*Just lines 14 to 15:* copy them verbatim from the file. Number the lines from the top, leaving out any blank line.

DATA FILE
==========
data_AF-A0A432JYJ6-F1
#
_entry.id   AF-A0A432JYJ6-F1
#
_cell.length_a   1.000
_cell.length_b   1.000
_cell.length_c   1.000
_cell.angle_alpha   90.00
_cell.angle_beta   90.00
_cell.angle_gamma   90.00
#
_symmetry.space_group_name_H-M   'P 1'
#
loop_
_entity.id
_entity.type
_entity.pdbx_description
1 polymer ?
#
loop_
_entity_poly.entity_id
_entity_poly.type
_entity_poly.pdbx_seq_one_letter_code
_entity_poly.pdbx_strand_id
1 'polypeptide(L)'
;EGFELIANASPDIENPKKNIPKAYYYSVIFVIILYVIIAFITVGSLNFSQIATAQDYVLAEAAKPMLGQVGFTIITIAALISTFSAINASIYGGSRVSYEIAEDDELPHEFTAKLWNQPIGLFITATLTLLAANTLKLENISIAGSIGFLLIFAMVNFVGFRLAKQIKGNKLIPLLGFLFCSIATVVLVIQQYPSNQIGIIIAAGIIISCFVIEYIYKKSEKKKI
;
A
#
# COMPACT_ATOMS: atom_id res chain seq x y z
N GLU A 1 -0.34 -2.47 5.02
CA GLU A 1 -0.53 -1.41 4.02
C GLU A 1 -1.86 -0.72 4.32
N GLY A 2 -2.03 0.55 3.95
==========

loop_
_entity.id